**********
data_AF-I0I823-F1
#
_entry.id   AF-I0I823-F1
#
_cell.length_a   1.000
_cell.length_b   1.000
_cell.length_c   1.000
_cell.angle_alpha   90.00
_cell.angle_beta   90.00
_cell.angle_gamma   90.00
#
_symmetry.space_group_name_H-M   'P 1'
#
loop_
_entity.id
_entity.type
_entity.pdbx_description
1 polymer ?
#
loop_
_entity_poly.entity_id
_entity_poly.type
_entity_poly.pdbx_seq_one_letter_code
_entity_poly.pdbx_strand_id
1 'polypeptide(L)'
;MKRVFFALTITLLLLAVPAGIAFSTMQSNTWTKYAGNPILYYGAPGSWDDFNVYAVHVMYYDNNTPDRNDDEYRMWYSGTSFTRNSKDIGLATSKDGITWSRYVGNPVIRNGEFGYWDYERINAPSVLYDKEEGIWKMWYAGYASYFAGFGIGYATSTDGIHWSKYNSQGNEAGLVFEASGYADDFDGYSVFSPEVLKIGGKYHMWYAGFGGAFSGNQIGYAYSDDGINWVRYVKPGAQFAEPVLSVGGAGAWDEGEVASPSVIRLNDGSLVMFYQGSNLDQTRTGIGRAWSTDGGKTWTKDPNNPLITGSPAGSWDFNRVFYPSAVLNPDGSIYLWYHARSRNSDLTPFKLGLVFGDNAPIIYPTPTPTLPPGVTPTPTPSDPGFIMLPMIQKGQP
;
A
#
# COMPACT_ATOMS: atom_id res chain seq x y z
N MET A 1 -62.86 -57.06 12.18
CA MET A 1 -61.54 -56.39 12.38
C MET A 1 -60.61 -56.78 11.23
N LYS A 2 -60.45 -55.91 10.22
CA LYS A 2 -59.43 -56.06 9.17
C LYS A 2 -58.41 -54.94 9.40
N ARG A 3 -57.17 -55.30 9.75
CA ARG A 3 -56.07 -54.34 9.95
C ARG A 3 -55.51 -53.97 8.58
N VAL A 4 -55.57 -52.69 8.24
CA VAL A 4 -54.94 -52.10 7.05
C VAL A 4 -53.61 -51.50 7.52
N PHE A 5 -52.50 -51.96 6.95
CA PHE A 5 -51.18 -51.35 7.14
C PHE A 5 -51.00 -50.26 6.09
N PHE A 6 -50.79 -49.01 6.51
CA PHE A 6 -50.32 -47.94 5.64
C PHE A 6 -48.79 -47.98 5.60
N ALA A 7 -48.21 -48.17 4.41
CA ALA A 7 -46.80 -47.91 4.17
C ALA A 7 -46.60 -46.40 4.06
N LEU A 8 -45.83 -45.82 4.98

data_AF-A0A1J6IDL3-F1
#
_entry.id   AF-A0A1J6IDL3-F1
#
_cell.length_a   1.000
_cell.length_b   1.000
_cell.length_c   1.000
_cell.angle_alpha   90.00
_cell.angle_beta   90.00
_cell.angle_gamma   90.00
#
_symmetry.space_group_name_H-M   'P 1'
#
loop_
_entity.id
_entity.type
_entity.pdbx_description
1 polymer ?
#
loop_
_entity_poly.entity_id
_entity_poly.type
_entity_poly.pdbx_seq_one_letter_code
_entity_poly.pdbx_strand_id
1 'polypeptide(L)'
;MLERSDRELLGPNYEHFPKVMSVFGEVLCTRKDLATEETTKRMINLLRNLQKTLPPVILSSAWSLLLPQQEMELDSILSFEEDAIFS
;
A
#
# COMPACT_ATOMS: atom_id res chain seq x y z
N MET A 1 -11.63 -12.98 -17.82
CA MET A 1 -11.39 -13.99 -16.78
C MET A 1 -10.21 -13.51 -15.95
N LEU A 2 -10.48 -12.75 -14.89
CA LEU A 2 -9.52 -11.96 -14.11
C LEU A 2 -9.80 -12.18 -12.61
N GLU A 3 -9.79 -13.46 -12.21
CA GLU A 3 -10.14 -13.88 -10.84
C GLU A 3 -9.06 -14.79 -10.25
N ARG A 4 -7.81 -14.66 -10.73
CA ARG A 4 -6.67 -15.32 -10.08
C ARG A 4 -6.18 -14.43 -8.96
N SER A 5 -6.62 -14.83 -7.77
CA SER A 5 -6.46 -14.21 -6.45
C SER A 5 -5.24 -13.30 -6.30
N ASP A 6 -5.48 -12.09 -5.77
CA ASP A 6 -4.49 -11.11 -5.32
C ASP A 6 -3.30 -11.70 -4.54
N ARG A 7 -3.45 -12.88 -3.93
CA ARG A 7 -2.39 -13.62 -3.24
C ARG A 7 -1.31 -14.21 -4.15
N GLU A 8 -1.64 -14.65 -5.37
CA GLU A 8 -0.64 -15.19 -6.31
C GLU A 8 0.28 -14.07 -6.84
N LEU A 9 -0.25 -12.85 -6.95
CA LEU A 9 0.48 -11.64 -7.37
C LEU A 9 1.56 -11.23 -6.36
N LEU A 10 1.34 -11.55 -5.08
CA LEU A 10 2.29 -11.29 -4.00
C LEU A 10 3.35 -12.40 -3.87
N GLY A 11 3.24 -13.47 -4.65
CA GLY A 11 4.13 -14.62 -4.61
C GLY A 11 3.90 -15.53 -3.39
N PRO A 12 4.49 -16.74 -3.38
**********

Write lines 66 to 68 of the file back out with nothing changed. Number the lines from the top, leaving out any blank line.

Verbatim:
loop_
_entity.id
_entity.type